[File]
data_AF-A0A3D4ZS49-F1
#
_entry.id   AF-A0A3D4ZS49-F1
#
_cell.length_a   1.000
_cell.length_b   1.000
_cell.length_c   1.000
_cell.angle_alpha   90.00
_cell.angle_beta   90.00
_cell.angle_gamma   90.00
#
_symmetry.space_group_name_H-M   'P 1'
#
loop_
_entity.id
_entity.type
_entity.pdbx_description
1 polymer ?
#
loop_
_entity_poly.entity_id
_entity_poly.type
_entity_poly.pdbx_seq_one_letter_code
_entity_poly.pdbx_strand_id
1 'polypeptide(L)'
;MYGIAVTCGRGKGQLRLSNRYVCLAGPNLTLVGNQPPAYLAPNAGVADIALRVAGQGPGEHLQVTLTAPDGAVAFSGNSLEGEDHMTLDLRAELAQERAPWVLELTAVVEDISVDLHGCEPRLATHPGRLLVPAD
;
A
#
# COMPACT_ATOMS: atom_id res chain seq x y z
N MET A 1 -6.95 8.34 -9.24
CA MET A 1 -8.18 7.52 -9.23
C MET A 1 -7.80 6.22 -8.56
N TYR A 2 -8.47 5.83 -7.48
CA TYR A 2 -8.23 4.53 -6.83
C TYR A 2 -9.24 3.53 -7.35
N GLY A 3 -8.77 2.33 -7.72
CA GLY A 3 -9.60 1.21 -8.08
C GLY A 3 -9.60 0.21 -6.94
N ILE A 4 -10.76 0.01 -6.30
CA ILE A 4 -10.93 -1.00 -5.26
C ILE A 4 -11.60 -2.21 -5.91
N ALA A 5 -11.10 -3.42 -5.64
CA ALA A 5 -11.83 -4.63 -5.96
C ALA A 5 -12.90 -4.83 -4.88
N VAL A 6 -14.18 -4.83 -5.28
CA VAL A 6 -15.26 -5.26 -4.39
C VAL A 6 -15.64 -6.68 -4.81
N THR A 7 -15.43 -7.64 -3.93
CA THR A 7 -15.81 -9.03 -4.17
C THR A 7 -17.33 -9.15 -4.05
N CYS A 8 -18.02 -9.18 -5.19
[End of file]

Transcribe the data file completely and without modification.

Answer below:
data_AF-A0A3D4ZS49-F1
#
_entry.id   AF-A0A3D4ZS49-F1
#
_cell.length_a   1.000
_cell.length_b   1.000
_cell.length_c   1.000
_cell.angle_alpha   90.00
_cell.angle_beta   90.00
_cell.angle_gamma   90.00
#
_symmetry.space_group_name_H-M   'P 1'
#
loop_
_entity.id
_entity.type
_entity.pdbx_description
1 polymer ?
#
loop_
_entity_poly.entity_id
_entity_poly.type
_entity_poly.pdbx_seq_one_letter_code
_entity_poly.pdbx_strand_id
1 'polypeptide(L)'
;MYGIAVTCGRGKGQLRLSNRYVCLAGPNLTLVGNQPPAYLAPNAGVADIALRVAGQGPGEHLQVTLTAPDGAVAFSGNSLEGEDHMTLDLRAELAQERAPWVLELTAVVEDISVDLHGCEPRLATHPGRLLVPAD
;
A
#
# COMPACT_ATOMS: atom_id res chain seq x y z
N MET A 1 -6.95 8.34 -9.24
CA MET A 1 -8.18 7.52 -9.23
C MET A 1 -7.80 6.22 -8.56
N TYR A 2 -8.47 5.83 -7.48
CA TYR A 2 -8.23 4.53 -6.83
C TYR A 2 -9.24 3.53 -7.35
N GLY A 3 -8.77 2.33 -7.72
CA GLY A 3 -9.60 1.21 -8.08
C GLY A 3 -9.60 0.21 -6.94
N ILE A 4 -10.76 0.01 -6.30
CA ILE A 4 -10.93 -1.00 -5.26
C ILE A 4 -11.60 -2.21 -5.91
N ALA A 5 -11.10 -3.42 -5.64
CA ALA A 5 -11.83 -4.63 -5.96
C ALA A 5 -12.90 -4.83 -4.88
N VAL A 6 -14.18 -4.83 -5.28
CA VAL A 6 -15.26 -5.26 -4.39
C VAL A 6 -15.64 -6.68 -4.81
N THR A 7 -15.43 -7.64 -3.93
CA THR A 7 -15.81 -9.03 -4.17
C THR A 7 -17.33 -9.15 -4.05
N CYS A 8 -18.02 -9.18 -5.19